Why do Liberals Hate Uber and Travis Kalanick?
What is it about liberals and Uber?
They hate it — and clearly don’t understand Uber’s instant appeal to riders and its utility to old guys like me who drive for Uber part-time on Pittsburgh’s bumpy but not very mean streets. If only Uber drivers formed a union and got $40 an hour and 12 paid holidays, then liberals would leave it alone.
Liberals in the media — who somehow think America’s Yellow Cab companies are victims — want to regulate Uber so it becomes as awful and consumer-unfriendly as monopoly cabs.
Steven Hill wrote this about my brave and brassy boss for The Huffington Post — “How Stephen Colbert Blew It With Uber CEO Travis Kalanick.” Hill’s a Senior Fellow at New America and author of “Raw Deal: How the ‘Uber Economy’ and Runaway Capitalism Are Screwing American Workers,” so we all know what part of left field he’s playing in.
Since I don’t have a real journalism gig writing op-eds anymore, and since Uber does not see fit to pay me to travel America and defend it from its many media enemies, it’s become my role to write comments defending Uber and attacking Big Taxi.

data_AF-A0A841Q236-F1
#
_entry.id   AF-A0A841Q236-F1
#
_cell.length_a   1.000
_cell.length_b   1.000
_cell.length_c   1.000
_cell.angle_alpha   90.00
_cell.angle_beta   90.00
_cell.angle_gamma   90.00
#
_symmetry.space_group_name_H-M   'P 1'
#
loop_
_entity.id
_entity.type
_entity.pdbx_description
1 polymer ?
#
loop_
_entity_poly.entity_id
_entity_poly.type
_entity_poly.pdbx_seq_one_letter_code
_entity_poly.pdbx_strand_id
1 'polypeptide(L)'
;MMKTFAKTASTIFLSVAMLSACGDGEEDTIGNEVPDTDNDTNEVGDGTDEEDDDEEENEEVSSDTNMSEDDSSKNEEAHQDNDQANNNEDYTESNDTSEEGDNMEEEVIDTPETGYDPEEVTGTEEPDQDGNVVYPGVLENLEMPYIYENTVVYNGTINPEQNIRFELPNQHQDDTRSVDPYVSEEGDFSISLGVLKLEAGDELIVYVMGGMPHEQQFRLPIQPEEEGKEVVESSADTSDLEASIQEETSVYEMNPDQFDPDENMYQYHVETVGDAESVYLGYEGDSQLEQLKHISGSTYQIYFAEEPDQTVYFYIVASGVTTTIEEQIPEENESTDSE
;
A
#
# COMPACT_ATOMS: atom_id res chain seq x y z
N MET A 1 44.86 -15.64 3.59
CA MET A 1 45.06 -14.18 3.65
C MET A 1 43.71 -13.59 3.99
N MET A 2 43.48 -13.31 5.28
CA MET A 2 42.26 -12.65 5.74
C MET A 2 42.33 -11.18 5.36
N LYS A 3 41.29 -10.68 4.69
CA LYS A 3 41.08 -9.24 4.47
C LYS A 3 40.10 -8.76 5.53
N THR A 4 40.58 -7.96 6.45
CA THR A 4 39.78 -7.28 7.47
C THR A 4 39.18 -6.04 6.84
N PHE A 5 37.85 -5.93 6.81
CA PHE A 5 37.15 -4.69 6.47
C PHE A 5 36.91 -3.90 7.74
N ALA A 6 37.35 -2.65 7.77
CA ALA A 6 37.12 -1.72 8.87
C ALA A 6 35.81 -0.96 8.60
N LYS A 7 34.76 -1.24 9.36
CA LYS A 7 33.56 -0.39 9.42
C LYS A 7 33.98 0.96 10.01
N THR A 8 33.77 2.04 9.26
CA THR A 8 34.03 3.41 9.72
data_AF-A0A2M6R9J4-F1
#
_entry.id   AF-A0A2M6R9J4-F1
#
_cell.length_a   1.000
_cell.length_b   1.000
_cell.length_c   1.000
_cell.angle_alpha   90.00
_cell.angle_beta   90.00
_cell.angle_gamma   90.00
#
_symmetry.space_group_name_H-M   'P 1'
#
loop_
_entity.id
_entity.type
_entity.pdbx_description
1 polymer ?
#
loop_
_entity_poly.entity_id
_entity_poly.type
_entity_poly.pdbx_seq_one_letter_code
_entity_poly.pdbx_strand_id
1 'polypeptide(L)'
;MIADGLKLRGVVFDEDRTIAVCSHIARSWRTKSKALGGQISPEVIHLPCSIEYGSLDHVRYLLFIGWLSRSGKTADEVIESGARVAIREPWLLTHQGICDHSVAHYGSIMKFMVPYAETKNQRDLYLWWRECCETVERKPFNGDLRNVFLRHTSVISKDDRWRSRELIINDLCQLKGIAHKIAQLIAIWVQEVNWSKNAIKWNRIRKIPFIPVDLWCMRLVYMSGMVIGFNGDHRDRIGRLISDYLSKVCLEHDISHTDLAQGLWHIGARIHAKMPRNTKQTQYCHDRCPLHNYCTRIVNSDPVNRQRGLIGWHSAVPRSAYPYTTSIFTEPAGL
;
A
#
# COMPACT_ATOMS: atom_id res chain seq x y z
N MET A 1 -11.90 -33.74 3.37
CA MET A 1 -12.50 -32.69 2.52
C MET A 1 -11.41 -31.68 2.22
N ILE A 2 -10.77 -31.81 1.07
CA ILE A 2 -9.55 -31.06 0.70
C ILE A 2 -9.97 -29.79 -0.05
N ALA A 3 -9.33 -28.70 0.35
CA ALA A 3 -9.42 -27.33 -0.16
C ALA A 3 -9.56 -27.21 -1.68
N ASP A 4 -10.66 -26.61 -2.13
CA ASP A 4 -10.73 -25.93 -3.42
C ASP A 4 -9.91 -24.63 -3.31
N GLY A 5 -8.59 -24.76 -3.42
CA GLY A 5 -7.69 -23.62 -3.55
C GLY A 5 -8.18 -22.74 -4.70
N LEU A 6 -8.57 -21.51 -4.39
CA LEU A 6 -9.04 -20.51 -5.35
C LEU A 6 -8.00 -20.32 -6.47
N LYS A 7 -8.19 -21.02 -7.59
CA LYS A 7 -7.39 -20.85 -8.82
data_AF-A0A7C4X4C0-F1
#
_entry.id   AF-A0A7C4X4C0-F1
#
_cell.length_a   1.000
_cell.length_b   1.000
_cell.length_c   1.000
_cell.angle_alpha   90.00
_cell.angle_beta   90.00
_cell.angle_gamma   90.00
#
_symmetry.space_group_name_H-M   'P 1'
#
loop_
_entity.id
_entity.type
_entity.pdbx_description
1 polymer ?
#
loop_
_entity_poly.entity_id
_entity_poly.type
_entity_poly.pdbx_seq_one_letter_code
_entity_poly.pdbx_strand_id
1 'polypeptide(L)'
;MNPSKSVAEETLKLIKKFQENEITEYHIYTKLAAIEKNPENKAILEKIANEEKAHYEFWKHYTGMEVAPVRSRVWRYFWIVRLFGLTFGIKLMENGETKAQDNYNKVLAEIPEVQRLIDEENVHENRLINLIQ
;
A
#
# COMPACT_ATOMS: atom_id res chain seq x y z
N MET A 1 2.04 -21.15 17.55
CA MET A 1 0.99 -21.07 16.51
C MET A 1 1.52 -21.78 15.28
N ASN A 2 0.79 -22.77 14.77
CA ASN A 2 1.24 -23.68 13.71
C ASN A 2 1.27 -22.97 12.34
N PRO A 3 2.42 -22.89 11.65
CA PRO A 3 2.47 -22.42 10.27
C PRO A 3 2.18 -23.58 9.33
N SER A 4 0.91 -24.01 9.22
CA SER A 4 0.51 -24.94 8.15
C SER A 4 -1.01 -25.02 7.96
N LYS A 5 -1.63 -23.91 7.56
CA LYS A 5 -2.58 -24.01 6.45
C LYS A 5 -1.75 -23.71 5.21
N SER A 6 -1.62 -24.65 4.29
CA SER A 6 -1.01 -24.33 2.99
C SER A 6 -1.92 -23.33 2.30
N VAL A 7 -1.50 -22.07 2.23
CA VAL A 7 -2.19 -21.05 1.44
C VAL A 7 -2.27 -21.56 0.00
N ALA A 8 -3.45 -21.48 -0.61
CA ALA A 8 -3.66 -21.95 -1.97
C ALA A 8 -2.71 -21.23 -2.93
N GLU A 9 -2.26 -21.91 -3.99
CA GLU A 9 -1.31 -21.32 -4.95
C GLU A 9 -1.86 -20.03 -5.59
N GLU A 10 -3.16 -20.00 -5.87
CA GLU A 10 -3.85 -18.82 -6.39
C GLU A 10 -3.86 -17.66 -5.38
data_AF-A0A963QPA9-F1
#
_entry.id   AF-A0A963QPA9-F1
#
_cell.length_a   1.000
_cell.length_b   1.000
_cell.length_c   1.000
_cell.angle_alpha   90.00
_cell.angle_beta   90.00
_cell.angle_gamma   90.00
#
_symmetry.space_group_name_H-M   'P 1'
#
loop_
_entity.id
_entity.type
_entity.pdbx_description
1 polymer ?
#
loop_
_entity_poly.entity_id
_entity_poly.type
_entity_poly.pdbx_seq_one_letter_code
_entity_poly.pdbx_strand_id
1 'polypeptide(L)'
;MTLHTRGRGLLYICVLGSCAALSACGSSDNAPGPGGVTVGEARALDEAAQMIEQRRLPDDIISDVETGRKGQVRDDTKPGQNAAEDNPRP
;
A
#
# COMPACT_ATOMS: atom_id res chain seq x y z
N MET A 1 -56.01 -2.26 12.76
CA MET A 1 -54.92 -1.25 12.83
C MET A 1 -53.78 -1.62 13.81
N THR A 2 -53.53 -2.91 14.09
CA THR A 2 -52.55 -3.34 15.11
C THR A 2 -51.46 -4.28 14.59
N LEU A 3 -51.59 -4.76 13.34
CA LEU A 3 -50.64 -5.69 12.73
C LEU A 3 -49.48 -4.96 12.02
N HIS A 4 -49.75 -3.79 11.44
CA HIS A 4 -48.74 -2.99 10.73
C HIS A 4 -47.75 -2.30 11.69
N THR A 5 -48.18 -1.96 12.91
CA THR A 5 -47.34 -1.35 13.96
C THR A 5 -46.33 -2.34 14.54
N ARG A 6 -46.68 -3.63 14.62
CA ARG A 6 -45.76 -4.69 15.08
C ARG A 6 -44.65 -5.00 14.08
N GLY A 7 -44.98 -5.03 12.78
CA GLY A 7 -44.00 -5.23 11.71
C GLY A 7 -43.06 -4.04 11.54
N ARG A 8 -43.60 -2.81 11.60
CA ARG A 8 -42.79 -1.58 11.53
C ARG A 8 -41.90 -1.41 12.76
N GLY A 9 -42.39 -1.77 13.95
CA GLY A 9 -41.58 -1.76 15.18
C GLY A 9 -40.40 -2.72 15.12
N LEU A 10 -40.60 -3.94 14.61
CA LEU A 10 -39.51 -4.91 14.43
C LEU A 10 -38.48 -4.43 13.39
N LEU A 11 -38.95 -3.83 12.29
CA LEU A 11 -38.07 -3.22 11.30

Steve Hill says he’s not trying to defend Big Taxi but then does a great job of doing exactly that. Big Taxi is not a victim and Uber is not a villain. Big Taxi deserves to die and it’s in its death throes. It got big about 80 years ago when, thanks to foolish New Deal thinking that thought competition was bad, nearly every state and city granted monopoly status to favored or politically connected cab companies. Most cities got one cab company that was able to charge high fares, screw cabbies with high leases ($800 a week now in Pittsburgh), screw customers with horrible often racist “service” and take advantage of the bad regulations that OUTLAWED all competition. (Meanwhile, states and cities pretended to regulate cab companies but really didn’t.) Those who think Uber — and I drive for Uber in Pittsburgh part-time — should be regulated like taxis have it backwards. Taxis should be deregulated like Uber. Uber is finally doing what no politician has ever done and no national or local news media have ever called for — opened up local transportation markets to legal competition and liberated people from the chains of Big Taxi and Big Public Transit. Make fun of Kalanick for his hyperbole if you want, but he and his pals deserve medals for disrupting and destroying Big Taxi and aggressively challenging all the bad laws that have made Big Taxi and its owners big and wealthy. I’m happy to report that based on the smiling faces of hundreds of my under-30 Uber riders, our children will never voluntarily use Yellow Cabs again.